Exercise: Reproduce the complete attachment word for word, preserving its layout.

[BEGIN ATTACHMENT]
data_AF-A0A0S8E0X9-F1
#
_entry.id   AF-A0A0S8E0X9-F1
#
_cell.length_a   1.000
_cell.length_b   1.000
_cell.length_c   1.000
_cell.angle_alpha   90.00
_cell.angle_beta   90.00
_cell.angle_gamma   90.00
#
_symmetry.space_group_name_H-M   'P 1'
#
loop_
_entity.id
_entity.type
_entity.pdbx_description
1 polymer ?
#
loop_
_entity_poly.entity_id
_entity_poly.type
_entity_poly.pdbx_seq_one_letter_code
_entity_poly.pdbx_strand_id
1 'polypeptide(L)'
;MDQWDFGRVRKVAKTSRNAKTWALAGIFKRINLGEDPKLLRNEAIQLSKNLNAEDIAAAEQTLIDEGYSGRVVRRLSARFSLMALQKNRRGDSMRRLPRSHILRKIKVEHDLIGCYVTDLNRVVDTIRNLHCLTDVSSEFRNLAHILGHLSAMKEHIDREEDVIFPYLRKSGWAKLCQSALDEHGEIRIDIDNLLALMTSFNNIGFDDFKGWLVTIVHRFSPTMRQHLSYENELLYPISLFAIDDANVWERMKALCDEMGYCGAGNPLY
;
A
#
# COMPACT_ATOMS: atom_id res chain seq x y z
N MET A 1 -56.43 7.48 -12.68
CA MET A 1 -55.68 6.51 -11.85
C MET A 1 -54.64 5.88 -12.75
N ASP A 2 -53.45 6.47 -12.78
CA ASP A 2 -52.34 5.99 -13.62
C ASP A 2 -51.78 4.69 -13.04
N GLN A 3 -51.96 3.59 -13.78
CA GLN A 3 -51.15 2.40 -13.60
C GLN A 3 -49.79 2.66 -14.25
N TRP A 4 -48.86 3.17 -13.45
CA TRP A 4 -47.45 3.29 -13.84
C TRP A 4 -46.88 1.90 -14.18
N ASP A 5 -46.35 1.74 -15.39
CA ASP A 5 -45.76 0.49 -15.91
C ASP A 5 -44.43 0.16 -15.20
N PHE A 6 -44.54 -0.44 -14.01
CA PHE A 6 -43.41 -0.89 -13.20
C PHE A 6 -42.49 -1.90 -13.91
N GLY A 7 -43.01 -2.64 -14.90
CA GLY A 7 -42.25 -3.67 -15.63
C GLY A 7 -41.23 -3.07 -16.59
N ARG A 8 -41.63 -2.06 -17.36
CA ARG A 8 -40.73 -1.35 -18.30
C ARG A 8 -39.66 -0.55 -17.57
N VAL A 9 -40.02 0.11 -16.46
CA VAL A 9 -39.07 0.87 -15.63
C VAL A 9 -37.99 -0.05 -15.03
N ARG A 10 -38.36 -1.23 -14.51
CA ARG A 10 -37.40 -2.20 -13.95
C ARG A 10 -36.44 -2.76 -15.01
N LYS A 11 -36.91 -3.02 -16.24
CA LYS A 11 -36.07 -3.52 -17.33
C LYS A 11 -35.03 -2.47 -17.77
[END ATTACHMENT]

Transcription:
data_AF-A0A0S8E0X9-F1
#
_entry.id   AF-A0A0S8E0X9-F1
#
_cell.length_a   1.000
_cell.length_b   1.000
_cell.length_c   1.000
_cell.angle_alpha   90.00
_cell.angle_beta   90.00
_cell.angle_gamma   90.00
#
_symmetry.space_group_name_H-M   'P 1'
#
loop_
_entity.id
_entity.type
_entity.pdbx_description
1 polymer ?
#
loop_
_entity_poly.entity_id
_entity_poly.type
_entity_poly.pdbx_seq_one_letter_code
_entity_poly.pdbx_strand_id
1 'polypeptide(L)'
;MDQWDFGRVRKVAKTSRNAKTWALAGIFKRINLGEDPKLLRNEAIQLSKNLNAEDIAAAEQTLIDEGYSGRVVRRLSARFSLMALQKNRRGDSMRRLPRSHILRKIKVEHDLIGCYVTDLNRVVDTIRNLHCLTDVSSEFRNLAHILGHLSAMKEHIDREEDVIFPYLRKSGWAKLCQSALDEHGEIRIDIDNLLALMTSFNNIGFDDFKGWLVTIVHRFSPTMRQHLSYENELLYPISLFAIDDANVWERMKALCDEMGYCGAGNPLY
;
A
#
# COMPACT_ATOMS: atom_id res chain seq x y z
N MET A 1 -56.43 7.48 -12.68
CA MET A 1 -55.68 6.51 -11.85
C MET A 1 -54.64 5.88 -12.75
N ASP A 2 -53.45 6.47 -12.78
CA ASP A 2 -52.34 5.99 -13.62
C ASP A 2 -51.78 4.69 -13.04
N GLN A 3 -51.96 3.59 -13.78
CA GLN A 3 -51.15 2.40 -13.60
C GLN A 3 -49.79 2.66 -14.25
N TRP A 4 -48.86 3.17 -13.45
CA TRP A 4 -47.45 3.29 -13.84
C TRP A 4 -46.88 1.90 -14.18
N ASP A 5 -46.35 1.74 -15.39
CA ASP A 5 -45.76 0.49 -15.91
C ASP A 5 -44.43 0.16 -15.20
N PHE A 6 -44.54 -0.44 -14.01
CA PHE A 6 -43.41 -0.89 -13.20
C PHE A 6 -42.49 -1.90 -13.91
N GLY A 7 -43.01 -2.64 -14.90
CA GLY A 7 -42.25 -3.67 -15.63
C GLY A 7 -41.23 -3.07 -16.59
N ARG A 8 -41.63 -2.06 -17.36
CA ARG A 8 -40.73 -1.35 -18.30
C ARG A 8 -39.66 -0.55 -17.57
N VAL A 9 -40.02 0.11 -16.46
CA VAL A 9 -39.07 0.87 -15.63
C VAL A 9 -37.99 -0.05 -15.03
N ARG A 10 -38.36 -1.23 -14.51
CA ARG A 10 -37.40 -2.20 -13.95
C ARG A 10 -36.44 -2.76 -15.01
N LYS A 11 -36.91 -3.02 -16.24
CA LYS A 11 -36.07 -3.52 -17.33
C LYS A 11 -35.03 -2.47 -17.77